Lately, I have been thinking a lot about value creation and leadership. With so many companies experiencing persistent revenue pressure, disruptive innovation from ever increasing competitors and the need for strategic leadership, why are many companies struggling in this area? I believe it’s because we continue to kick the ball down the road. Once we achieve that ever elusive “number”, then we can focus on non-core, not time-sensitive activities that will grow our business. Unfortunately this idea continues to perpetuate product-oriented, short-term thinking. Senior Executives are committed to cost containment and revenue optimization, although where customers and suppliers interface, dynamics are demanding insight and mutual value creation.
I believe the answer lies in leadership driven by reciprocity. Why do we expect our customers’ organizations to be so vastly different than our own? Aren’t they wrestling with the same issues of doing ever more with ever less? Leadership at its core is focused on others’ considerations before our own. Facilitating others’ success as a path to our own success. How can we do this and position mutual value creation? To put their objectives before our own and focus on helping them to define their value propositions, showing them how to better engage their best customers, be more operationally efficient and compete more effectively in their markets.
Partnerships thrive when both parties perceive that they receive an equal amount from the relationship. That the sum of the whole is infinitely greater than the individual parts. Once the perception is the value exchange has significantly shifted from one side to the other, there is no longer trust and an open dialogue. People naturally push back or wait for the balance to come back into equilibrium, which can only happen when one demonstrates leadership, steps up and re-establishes common ground to continue the conversation. Anyone with children and has experienced the “Mexican stand-off” can attest to the fact that pushing one’s position only engenders hard feelings, defensive positions with no positive forward movement. In my opinion, value creation at its core lies in reciprocity and the leadership to focus first on how to deliver value before seeking to extract value.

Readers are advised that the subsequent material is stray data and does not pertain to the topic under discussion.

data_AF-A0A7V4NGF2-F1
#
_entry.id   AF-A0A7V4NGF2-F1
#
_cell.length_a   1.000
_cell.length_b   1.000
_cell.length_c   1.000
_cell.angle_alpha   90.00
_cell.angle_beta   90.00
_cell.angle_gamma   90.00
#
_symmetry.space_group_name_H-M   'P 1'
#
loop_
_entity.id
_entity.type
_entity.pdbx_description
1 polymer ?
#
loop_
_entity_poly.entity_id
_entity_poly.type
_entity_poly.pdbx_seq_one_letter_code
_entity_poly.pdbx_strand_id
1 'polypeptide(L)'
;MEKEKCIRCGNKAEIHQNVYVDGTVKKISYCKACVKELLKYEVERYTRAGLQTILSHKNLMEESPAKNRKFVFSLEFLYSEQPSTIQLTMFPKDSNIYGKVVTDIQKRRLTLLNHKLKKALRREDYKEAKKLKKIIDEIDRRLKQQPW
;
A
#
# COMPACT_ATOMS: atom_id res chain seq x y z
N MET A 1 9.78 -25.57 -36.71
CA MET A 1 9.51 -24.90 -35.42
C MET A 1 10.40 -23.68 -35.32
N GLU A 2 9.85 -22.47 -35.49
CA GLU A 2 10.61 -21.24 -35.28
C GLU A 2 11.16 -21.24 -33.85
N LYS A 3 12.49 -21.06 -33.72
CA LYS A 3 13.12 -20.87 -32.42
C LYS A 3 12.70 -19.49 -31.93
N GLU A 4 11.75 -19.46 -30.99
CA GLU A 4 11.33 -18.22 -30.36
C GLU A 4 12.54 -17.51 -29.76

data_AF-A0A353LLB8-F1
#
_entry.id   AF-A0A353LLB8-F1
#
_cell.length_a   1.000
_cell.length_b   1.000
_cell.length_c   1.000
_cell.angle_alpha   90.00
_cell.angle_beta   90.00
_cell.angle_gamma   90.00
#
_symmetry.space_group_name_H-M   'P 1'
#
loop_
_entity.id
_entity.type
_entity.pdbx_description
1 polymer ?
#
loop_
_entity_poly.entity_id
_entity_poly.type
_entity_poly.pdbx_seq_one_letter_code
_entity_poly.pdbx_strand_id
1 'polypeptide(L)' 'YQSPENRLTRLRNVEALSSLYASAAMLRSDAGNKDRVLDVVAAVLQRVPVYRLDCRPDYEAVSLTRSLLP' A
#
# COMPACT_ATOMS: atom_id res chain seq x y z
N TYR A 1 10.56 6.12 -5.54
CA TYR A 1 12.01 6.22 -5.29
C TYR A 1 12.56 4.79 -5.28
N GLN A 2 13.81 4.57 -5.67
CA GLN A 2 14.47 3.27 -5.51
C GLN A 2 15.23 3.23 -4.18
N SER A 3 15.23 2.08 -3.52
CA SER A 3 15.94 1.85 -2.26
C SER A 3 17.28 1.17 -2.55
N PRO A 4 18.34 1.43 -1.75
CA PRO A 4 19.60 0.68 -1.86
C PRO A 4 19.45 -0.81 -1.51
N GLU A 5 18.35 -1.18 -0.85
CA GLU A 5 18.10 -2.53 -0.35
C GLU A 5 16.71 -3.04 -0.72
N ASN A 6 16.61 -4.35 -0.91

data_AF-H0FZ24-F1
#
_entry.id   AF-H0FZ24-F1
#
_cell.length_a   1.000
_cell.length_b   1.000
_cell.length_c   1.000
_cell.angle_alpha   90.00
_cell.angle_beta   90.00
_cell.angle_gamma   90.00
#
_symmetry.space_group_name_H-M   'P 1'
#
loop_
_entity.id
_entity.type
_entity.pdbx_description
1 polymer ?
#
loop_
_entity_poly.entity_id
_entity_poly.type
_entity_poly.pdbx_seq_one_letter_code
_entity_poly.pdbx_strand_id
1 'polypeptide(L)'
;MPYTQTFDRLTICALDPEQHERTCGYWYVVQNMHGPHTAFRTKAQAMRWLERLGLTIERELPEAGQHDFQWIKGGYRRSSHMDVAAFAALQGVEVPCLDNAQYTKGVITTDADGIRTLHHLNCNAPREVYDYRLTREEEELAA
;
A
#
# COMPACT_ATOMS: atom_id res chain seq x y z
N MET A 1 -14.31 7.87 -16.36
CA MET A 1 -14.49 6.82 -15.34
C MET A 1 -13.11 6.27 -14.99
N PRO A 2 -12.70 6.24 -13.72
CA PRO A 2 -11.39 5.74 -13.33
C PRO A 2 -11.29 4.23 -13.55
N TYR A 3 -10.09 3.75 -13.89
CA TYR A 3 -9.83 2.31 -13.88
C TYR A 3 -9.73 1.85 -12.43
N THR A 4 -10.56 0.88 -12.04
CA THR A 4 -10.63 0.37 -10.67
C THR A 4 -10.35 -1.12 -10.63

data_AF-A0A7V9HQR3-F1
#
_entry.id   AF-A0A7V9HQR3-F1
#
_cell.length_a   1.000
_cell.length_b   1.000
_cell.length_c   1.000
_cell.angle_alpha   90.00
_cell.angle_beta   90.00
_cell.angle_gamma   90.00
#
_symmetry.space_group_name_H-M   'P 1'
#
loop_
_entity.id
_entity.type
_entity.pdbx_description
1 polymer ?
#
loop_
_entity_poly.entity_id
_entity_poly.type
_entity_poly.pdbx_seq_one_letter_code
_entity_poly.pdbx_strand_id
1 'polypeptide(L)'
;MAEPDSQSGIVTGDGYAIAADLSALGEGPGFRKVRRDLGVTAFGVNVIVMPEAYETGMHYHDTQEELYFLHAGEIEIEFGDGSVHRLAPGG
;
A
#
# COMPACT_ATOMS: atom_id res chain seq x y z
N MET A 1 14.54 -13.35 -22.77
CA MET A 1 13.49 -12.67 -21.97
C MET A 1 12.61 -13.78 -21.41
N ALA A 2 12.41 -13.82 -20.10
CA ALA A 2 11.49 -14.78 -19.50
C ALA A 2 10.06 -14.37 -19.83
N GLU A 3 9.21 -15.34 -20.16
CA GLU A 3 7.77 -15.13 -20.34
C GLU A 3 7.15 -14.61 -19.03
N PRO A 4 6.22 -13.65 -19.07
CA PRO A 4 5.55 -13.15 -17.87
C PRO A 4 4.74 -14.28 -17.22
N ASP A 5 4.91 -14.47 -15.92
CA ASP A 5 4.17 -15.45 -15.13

The strongest compliance principle in the world is reciprocity. That’s why we offer free white papers, charities give free address labels when soliciting donations and the Hari Krishnas give out flowers. The time has come to understand and demonstrate how leadership with a you before me approach is the path to sustainable, mutually beneficial value creation. In the end, isn’t that what we all want?
Let me know what you think.